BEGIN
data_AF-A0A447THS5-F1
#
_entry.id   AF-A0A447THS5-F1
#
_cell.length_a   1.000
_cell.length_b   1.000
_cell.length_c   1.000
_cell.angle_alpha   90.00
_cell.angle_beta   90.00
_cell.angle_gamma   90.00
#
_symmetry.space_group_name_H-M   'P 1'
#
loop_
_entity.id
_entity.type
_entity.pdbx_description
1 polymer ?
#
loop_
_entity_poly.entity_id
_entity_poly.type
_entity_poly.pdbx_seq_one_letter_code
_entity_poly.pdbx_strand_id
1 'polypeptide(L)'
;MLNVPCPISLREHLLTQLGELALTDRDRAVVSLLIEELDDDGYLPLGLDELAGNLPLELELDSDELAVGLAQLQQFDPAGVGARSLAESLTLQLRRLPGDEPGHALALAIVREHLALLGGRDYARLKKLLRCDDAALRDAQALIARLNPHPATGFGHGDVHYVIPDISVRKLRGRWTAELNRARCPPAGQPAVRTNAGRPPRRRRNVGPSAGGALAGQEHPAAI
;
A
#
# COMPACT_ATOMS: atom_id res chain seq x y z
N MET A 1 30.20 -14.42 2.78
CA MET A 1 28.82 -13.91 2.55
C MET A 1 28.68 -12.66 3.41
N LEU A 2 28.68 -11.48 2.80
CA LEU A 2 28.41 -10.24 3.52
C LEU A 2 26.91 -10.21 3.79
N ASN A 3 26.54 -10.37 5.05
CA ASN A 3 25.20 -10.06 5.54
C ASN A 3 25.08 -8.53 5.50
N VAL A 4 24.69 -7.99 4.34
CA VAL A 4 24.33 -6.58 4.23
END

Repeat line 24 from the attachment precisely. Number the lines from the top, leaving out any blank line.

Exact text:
_entity_poly.pdbx_strand_id